Identifying and treating a dislocated finger is not easy. If you have ever had to remove your own finger from its socket, then you are familiar with the pain involved in doing so. A dislocated finger is usually caused when the bone (or bones) that make up the digit break off or slip out of position during normal use. Sometimes it occurs after trauma such as falling down stairs or getting hit by a car. Other times it may occur due to a medical condition like diabetes or arthritis.
In most cases, the only way to prevent a dislocated finger from becoming infected is to take care of it immediately after the injury occurs. Once you have treated the wound properly, you will need to keep it clean and dry until it heals completely. You can do this by applying ice packs, wrapping bandages around the affected area, using sterile gauze pads and other methods.
Dislocated fingers can become infected if they are left untreated. Infection can result in severe pain, swelling and infection. The best thing you can do to avoid these complications is to get it right away!
What Causes a Dislocated Finger?
The main cause of a dislocated finger is the force of gravity pulling the finger toward the palm. The finger gets “locked” into place by the bone, which prevents the finger from straightening out. Because the bone is pulled downward, the surrounding muscles, tendons and other soft tissues stretch out of position, leading to pain and injury.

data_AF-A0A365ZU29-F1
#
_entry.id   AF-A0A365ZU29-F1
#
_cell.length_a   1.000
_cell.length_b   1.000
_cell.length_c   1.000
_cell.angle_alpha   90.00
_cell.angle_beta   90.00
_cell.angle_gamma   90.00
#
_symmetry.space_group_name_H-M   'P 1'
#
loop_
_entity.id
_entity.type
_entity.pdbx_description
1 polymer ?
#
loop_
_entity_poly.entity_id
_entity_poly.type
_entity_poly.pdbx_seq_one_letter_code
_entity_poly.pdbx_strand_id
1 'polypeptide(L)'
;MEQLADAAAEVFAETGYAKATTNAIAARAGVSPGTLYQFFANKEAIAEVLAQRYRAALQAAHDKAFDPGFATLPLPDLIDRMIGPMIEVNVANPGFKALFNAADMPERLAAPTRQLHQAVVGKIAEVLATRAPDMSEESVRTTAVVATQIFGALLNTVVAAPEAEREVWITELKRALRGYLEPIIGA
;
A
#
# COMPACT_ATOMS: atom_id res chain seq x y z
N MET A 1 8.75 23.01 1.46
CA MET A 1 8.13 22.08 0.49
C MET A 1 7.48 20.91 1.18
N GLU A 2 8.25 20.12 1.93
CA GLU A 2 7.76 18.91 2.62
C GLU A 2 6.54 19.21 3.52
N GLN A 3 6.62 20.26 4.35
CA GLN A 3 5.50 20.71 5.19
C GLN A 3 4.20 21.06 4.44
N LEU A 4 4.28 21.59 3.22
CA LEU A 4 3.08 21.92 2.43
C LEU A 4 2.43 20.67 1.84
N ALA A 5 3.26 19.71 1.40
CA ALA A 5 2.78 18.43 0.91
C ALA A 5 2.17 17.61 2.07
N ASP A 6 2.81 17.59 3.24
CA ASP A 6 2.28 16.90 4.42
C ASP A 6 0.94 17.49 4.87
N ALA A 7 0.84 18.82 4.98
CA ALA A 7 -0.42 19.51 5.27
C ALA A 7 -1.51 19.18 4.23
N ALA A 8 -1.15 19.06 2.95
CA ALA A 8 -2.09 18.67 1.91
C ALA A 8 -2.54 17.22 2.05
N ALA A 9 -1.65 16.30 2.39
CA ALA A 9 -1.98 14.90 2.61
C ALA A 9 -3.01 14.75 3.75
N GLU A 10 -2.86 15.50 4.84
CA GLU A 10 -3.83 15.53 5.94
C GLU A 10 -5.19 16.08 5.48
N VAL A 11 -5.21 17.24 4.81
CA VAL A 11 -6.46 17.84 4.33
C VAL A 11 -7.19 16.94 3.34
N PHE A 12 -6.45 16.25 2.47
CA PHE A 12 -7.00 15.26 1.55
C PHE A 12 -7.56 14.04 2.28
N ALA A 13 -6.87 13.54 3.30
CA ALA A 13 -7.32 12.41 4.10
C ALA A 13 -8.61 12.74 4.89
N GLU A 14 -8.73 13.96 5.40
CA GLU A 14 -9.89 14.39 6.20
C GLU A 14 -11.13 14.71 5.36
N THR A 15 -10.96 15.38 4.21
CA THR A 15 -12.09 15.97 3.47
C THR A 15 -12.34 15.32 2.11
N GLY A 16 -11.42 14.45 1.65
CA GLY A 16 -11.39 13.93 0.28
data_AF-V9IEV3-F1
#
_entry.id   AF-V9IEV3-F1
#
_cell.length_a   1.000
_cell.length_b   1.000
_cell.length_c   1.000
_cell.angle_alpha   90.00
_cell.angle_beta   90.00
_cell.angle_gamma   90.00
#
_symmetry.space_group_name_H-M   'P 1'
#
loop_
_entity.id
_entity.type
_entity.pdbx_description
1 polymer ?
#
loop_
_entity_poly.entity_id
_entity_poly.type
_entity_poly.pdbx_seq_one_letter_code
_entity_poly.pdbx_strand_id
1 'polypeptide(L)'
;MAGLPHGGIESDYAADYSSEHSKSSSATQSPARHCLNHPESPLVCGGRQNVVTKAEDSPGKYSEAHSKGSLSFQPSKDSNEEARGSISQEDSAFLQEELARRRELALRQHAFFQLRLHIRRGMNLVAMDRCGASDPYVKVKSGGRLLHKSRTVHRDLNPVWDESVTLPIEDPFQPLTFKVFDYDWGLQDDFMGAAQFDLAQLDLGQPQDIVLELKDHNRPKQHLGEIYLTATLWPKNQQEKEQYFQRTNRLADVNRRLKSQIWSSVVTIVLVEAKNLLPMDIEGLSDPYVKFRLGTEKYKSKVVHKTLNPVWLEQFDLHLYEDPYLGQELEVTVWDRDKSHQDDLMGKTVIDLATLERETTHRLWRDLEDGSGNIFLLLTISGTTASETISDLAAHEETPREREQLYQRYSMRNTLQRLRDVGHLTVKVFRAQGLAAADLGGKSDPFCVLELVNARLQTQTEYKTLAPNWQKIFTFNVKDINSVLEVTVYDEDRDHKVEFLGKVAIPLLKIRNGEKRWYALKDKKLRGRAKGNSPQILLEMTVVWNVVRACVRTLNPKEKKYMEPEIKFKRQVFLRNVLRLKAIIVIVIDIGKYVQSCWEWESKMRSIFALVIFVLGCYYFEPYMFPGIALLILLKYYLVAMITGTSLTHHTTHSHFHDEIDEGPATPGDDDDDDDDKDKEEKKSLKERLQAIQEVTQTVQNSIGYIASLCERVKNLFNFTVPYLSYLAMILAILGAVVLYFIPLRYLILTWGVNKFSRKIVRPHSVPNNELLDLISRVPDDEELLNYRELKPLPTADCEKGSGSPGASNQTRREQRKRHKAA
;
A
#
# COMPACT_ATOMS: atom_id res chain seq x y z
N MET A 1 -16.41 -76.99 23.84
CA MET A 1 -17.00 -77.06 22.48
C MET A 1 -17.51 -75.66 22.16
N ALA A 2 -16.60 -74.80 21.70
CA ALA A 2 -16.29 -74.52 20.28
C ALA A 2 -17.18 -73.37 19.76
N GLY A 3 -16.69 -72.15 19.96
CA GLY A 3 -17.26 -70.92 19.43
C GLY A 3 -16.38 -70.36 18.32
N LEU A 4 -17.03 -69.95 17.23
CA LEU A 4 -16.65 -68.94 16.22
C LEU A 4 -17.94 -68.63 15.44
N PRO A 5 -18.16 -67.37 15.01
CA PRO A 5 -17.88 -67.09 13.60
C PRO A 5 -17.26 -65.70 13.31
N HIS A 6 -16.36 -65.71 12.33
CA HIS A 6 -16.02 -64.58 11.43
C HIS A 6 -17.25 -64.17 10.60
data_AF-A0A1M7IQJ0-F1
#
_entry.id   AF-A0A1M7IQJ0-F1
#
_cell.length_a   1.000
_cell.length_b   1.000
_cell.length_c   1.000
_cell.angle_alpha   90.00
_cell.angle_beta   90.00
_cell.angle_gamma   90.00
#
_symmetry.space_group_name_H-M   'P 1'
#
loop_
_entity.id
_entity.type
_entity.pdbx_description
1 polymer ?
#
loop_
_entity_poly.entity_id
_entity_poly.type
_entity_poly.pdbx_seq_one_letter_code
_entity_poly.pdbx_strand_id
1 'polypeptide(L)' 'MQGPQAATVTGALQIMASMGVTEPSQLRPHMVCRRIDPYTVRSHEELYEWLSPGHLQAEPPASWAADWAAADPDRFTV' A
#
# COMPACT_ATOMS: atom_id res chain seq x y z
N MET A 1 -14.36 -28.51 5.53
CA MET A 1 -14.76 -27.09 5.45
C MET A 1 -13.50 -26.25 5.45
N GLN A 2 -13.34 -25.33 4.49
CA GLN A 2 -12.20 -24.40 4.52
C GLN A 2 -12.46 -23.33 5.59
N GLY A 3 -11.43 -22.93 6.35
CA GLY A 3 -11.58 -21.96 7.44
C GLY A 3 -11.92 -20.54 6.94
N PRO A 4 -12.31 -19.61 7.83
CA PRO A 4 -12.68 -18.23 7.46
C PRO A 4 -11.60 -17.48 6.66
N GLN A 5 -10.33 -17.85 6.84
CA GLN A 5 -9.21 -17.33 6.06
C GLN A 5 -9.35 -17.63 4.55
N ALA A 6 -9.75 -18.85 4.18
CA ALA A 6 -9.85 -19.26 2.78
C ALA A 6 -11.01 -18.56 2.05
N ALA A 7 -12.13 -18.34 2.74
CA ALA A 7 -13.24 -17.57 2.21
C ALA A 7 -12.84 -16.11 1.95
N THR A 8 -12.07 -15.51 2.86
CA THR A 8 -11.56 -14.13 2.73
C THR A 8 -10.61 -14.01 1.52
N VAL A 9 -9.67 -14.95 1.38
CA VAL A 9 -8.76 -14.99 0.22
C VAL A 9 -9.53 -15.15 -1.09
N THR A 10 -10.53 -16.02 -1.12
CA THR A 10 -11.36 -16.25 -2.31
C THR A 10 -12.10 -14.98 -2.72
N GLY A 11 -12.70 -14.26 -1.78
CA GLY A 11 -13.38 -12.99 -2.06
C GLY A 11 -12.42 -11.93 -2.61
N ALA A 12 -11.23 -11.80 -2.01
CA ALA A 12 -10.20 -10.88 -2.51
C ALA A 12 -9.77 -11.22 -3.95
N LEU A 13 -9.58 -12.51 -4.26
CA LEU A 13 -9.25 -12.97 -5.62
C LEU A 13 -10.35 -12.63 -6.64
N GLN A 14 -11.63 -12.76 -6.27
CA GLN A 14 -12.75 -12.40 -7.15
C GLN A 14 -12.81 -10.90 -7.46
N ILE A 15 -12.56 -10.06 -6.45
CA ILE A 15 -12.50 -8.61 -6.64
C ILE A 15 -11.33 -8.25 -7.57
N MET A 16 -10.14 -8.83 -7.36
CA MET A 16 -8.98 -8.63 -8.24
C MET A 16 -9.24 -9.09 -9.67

A dislocated finger can be caused by:
A fall on an outstretched hand
High-energy sports such as riding a motorcycle or playing football
Getting struck by a heavy object
Getting your finger caught in a door or between two rocks while climbing
Tugging on a shirt that has gotten stuck on your finger
Mistakenly believing that you can pull off a ring that is too tight (This causes the bone to get pulled downward)
A medical condition that causes weakened bones, such as osteoporosis
Treating Dislocated Fingers
During the first few hours after a dislocated finger has occurred, it is important to immobilize the digit to prevent any further damage from occurring. If you can move the joints in the finger even a little bit, the bone fragments will not have adequate time to heal and could become permanently misaligned. Immobilizing the finger can be achieved in several different ways.
One option is to use a splint or other rigid support that holds the finger in a fixed position. The supports that are available today are flexible enough that you can still move the joints within the splint, allowing you to perform basic actions such as eating, drinking and using the bathroom.
Another option is to use a simple sling to hold the finger in a fixed position. This can be more comfortable than a rigid support, but it will require you to remove the sling every time you need to perform basic actions.
You may also want to speak with your doctor about other methods for immobilizing a dislocated finger, such as taping it to adjacent fingers or using a temporary cast.
After the finger has been immobilized, you will still need to protect it from infection and further injury. If you are using a rigid splint, you should be able to wear this for one to two weeks.
If you are using a sling, you will need to keep the injured area elevated as much as possible for at least a week. For example, you can raise the arm of a chair so that your wrist is level with the seat, allowing the finger to hang down without touching the chair.
You should also keep the injured hand out of direct contact with bedding and other objects as much as possible. If you feel pain or throbbing in the finger after you have put it to “sleep” at night, you should elevate the arm of the chair so that the back of your hand is level with the seat. This can prevent painful movement of the finger while you are sleeping.